There are several races of artisans throughout the country, who manufacture different types of household properties of bamboos for sale and their livelihood entirely depends on such practices. The paper mills were once encouraged the rural people for cultivation of bamboos and eucalyptus for their purposes through the villagers.
Now such demands of paper mills of the State do not entertain. Only one paper mill, JK Paper Mill is functioning now in the State, which depends on all types of woods for manufacture of paper pulp. The company is learnt to be getting raw materials from outside the State also. Another setback of natural bamboo forests is that the hill bamboos or the Salia bamboos in every 10 to 12 years flower gregariously and die en masse.
There is also chance of wild fire in bamboo forests during summer. So intensive care is needed to save bamboo forests from fire. Similarly, after flowering of bamboo, the matured seeds gather in the forest floor like carpet and germinate during rains like several extensive paddy fields of the lands and need protection from grazing and fire for renewals. Such kind of biological behaviour of the species restricts the continuous supply of green bamboos to the bamboo markets, because bamboo species need 3 to 4 years or even 5 to 6 years for continuous commercial supply of green bamboos.
The biological behaviour of hill bamboo forests needs intensive culture like agricultural fields of Kharif crops. The bamboo itself belongs to family of rice and needs culture and care like paddy fields. It is not only in the case of Odisha alone, but such type of biological and silvicultural problems also happen throughout the country and tropical Asia. So the density of bamboo forests in our State and country is dwindling very fast.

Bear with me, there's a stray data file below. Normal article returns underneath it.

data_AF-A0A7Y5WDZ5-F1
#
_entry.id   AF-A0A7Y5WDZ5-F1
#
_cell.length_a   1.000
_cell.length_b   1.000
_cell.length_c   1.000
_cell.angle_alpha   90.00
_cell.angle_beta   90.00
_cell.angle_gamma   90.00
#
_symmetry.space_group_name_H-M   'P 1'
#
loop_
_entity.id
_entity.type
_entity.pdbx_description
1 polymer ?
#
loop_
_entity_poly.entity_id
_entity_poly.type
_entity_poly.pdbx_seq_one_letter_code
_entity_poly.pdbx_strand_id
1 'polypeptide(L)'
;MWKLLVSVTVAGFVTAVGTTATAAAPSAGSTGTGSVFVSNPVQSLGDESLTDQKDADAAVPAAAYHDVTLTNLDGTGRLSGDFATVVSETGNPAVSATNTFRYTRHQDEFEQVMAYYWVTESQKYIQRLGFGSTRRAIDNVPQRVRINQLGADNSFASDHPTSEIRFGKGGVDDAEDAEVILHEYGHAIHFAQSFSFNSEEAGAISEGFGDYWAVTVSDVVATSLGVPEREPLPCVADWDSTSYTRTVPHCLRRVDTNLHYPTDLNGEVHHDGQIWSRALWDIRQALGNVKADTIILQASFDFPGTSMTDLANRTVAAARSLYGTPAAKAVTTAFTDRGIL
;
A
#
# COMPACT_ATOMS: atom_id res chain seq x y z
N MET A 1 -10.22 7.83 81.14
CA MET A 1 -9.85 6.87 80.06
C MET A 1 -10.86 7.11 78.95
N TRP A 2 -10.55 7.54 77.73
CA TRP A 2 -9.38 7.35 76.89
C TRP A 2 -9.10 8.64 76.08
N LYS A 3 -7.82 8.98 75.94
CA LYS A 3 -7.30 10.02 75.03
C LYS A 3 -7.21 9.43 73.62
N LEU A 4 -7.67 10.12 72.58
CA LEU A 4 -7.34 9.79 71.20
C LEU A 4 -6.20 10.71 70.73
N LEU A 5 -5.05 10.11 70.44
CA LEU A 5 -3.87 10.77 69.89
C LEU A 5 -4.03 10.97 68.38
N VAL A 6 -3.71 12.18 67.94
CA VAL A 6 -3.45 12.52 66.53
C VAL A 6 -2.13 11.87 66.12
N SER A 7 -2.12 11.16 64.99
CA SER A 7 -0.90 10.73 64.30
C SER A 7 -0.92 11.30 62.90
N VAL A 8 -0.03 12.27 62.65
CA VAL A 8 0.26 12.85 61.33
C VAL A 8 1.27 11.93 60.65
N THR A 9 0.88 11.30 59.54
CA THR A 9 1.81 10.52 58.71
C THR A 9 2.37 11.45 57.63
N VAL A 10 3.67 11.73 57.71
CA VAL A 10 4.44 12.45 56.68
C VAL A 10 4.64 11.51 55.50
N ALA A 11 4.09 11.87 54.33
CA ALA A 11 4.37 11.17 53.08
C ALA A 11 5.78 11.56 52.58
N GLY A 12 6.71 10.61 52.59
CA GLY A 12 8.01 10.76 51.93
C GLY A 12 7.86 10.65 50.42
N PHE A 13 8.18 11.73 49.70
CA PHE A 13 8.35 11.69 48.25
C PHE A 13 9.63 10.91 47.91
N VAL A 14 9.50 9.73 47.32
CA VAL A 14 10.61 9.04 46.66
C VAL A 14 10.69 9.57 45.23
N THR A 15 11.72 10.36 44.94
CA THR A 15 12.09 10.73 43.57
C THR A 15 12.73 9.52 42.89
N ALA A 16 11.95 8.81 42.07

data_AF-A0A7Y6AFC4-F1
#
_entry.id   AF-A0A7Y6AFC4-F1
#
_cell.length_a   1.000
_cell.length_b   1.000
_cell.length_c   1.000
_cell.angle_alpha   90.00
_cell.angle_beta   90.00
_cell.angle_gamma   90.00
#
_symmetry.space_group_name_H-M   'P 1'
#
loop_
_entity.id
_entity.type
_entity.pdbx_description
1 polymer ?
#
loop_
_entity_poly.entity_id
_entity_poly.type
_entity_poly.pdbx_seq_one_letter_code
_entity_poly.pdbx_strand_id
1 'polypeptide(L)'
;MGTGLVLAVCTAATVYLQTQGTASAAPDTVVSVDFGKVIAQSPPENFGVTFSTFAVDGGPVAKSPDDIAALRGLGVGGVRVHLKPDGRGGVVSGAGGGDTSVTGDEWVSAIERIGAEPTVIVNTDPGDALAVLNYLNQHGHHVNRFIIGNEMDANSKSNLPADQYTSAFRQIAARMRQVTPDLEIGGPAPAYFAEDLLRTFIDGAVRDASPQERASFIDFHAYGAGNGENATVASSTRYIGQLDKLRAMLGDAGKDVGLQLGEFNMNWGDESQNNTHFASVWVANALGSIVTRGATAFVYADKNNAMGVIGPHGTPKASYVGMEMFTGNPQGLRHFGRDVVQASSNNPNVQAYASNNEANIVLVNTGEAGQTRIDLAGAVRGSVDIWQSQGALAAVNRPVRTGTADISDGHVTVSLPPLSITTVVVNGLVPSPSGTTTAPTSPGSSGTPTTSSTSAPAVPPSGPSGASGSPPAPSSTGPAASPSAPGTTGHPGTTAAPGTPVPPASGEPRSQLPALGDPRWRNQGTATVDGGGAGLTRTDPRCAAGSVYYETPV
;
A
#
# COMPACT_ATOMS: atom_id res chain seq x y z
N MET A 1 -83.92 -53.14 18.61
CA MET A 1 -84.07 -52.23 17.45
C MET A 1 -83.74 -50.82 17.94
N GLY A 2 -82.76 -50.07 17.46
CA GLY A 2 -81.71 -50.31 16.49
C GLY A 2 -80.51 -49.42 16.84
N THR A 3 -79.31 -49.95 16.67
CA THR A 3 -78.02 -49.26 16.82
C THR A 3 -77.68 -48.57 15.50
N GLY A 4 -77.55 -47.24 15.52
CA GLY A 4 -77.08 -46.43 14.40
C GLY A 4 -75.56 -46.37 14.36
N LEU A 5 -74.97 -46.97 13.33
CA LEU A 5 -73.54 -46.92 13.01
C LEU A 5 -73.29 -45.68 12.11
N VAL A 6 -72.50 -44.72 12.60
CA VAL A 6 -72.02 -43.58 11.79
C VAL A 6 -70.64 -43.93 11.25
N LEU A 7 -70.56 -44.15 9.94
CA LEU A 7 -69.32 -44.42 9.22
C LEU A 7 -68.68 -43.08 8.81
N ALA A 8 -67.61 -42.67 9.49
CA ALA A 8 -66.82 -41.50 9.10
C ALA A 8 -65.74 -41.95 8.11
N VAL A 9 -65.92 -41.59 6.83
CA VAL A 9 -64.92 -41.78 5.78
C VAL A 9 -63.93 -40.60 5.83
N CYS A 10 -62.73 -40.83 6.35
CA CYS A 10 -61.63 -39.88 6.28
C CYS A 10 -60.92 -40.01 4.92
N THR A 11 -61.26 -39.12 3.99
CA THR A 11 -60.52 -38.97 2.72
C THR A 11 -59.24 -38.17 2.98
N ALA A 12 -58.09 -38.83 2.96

The writer is a man of coastal belt of Odisha and the grower of “Sundarkania” bamboo or country bamboo of the State. In coastal tracts, every household is a bamboo grower of Sundarkania.
The financial growth of rural India depends on various items like bamboo and handicrafts. The State Government and the Union Government should work hard to give financial supports to local artisans and handicraft families to survive and sustain with their traditional practices.
It is very much welcomed that the Government of India is very soon going to remove legal restrictions over bamboo in general. A Bill in this context was also passed in the Parliament and very soon the Bill is going to be transformed into a law.
Henceforth, bamboo would not be treated as timber. In general the bamboo traders and harvesters in rural areas are poor and illiterate who are generally victimised by the cunning forest employees. The Government of India realized the problems of the bamboo transit at right time. Moreover, the bamboo clumps or the bushes are very good “carbon-sinks”.
Forest is a State subject. The State Government should ease the legal problems in transactions of timbers, bamboos, palms and other forest products. In most of the cases the laws are misinterpreted deliberately for raising incomes of unscrupulous forest employees.
(The writer is an environmentalist and former forest officer)